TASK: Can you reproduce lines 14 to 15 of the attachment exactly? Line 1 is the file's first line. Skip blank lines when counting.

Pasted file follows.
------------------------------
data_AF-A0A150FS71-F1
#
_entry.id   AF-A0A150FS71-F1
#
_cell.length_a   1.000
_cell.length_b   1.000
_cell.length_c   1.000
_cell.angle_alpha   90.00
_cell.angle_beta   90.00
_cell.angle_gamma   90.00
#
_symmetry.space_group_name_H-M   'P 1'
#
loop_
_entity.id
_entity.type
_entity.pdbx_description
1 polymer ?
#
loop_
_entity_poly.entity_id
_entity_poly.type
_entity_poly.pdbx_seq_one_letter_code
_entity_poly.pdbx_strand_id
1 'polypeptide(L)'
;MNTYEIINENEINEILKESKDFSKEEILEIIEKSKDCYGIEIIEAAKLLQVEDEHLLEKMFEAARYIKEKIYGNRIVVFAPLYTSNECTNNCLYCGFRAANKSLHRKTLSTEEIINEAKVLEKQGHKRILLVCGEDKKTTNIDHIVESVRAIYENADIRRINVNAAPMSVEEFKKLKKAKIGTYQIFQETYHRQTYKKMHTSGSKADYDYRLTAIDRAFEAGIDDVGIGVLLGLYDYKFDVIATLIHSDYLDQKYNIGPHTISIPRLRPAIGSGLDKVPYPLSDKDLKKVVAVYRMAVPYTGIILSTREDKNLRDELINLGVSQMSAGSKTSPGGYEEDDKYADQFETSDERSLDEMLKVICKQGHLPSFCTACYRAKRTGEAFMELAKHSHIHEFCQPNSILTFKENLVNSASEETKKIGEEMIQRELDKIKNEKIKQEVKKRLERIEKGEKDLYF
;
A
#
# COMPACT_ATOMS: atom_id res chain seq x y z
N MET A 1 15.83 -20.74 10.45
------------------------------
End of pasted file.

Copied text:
loop_
_entity.id